Global deepwater oil production is all set to hit new record in 2019.
The production is ready to bounce by 700,000 barrels per day, bpd from 2018 to reach a record-high of 10.3 million bpd in 2019, due to new fields coming on run in Brazil and the US Gulf of Mexico, Rystad, Oslo, Norway -based energy research firm said.
Incorporation to Brazil and the United States, the other biggest deepwater producers will be Angola, Norway, and Nigeria, according to Rystad.
This is coming at a time Wood Mackenzie, United Kingdom- based energy research and consultant afformentioned that total annual deepwater capital expenditure, CAPEX, is likely to rise from about US$50 billion at present to nearly US$60 billion by 2022.
This growth will be driven by big projects in Guyana, Brazil and Mozambique. For the U.S. Gulf of Mexico, Wood Mackenzie expects “a historic year” in 2019, with Shell’s Appomattox marking the first production ever from a Jurassic reservoir in the Gulf of Mexico.
Drilling in the area is also set to post the first rise in four years and new projects are expected to be permitted according to WoodMac.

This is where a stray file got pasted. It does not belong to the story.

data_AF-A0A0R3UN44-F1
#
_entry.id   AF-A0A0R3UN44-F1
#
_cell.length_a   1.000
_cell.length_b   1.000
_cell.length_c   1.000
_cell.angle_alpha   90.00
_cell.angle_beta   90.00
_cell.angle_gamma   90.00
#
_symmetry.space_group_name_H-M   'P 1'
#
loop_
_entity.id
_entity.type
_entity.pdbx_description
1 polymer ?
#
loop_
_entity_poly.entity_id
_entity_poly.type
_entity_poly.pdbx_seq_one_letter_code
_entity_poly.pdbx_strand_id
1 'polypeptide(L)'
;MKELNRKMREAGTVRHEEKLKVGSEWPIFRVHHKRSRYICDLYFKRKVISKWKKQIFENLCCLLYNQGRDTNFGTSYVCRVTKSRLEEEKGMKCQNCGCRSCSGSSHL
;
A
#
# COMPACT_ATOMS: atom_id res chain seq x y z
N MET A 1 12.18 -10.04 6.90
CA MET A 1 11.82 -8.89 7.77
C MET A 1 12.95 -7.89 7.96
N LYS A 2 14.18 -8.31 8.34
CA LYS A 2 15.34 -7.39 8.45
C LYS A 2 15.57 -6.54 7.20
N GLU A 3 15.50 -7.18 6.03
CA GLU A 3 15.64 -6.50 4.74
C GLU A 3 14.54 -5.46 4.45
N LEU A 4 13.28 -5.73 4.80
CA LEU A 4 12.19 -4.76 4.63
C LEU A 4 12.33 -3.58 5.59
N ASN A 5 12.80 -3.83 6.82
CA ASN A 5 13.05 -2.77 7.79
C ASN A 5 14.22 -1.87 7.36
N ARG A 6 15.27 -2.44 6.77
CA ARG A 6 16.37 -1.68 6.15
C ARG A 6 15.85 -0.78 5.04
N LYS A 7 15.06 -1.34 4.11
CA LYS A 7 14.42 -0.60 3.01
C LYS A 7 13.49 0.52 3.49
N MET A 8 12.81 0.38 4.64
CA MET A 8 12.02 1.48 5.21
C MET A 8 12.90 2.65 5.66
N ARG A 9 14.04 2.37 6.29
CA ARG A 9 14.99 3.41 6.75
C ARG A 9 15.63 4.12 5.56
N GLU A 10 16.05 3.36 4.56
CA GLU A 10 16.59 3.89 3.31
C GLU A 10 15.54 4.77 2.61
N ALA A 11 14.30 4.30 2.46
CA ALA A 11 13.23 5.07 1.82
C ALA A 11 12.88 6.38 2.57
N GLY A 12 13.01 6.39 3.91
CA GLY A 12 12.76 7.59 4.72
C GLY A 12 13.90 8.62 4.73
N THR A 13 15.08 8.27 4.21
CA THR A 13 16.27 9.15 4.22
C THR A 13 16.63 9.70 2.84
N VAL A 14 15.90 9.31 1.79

Wood Mackenzie said, “Operators have driven down the cost of developing new deepwater barrels by more than 50 per cent since 2013”.
As per the consultancy’s data and examinations, the most competitive region for deepwater is the Americas, and in particular Brazil, Guyana, and the Gulf of Mexico
In those areas, more than 50 billion barrels of oil parallel, boe of pre and post-sanction deepwater developments are now beneficial below an oil price of US$60 a barrel, based on break-even costs.
The industry has started to boost investments in deepwater after the downturn, motivated by the cost cuts and realising that offshore resources would be important for meeting demand growth, WoodMac said.
Wood Mackenzie also afformentioned that the deepwater industry appears in good health, following a sustained cost reduction through the downturn.
The key steps deepwater operators have taken in order to gain lower costs, and also gain better outcomes, include: downsizing projects; a greater focus on subsea tiebacks and Brownfield developments over Greenfield; reduced project lead times; reduced well counts; more phasing of larger developments; faster well completions; better project implementation; lower rig/service sector costs.
Research director, Angus Rodger, said, “One of the most important and main drivers in cost reducing in deepwater projects is lesser rig costs, which is a repeated factor.”